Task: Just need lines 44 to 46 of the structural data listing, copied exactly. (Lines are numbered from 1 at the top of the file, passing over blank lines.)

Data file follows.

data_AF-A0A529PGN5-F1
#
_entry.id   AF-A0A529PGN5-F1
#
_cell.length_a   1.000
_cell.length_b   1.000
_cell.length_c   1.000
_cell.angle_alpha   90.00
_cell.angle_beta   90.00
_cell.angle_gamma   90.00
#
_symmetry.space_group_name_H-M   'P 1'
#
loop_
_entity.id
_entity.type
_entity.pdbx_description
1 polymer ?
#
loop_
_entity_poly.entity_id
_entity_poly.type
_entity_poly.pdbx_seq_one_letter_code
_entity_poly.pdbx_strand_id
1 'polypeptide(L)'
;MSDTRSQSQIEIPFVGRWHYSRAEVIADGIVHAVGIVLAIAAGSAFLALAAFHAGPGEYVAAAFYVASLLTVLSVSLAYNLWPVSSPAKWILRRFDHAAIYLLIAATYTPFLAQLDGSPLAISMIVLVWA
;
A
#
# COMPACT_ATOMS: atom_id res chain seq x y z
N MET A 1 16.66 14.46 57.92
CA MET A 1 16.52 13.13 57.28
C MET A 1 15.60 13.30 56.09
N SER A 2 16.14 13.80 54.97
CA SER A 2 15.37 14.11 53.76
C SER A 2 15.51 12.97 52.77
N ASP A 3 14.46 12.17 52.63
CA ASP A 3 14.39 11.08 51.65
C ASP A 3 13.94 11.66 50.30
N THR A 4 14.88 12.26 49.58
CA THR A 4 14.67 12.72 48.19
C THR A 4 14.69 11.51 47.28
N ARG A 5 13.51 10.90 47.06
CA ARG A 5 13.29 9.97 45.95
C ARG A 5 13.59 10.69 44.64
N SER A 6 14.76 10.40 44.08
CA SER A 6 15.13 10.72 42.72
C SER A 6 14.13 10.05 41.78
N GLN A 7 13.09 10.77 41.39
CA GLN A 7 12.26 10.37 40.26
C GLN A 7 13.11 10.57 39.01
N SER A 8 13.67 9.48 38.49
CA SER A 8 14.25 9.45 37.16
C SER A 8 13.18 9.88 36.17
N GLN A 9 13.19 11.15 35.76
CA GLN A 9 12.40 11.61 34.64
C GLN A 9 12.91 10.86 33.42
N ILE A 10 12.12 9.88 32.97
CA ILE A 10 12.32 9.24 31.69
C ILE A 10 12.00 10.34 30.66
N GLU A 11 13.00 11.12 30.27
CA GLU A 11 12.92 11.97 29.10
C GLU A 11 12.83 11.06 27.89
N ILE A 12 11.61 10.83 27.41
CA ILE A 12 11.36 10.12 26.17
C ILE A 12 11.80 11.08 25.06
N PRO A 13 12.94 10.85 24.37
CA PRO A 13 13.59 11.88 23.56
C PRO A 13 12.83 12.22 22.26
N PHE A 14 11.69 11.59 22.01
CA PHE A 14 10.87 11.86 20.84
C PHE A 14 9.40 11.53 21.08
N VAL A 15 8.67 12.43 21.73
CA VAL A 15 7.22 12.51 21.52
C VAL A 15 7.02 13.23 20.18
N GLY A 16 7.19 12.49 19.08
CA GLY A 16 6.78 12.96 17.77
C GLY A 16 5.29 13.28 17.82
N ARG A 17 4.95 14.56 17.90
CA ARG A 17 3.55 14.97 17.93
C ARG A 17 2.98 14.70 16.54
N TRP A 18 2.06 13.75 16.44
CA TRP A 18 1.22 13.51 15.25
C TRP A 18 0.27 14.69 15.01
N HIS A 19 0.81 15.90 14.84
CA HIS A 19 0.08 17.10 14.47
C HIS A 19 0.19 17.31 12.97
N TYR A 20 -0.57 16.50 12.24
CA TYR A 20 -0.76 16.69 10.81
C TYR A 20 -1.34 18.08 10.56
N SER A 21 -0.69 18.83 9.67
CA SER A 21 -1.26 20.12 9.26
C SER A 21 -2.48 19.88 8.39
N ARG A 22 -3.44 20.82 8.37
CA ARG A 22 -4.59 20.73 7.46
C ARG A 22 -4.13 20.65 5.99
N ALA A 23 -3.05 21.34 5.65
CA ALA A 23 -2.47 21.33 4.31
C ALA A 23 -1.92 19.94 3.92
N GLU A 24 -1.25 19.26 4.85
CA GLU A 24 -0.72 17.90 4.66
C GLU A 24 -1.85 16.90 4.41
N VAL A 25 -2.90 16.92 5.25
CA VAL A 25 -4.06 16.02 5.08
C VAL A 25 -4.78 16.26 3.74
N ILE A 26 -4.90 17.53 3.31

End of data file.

CA ARG A 5 13.29 9.97 45.95
C ARG A 5 13.59 10.69 44.64
N SER A 6 14.76 10.40 44.08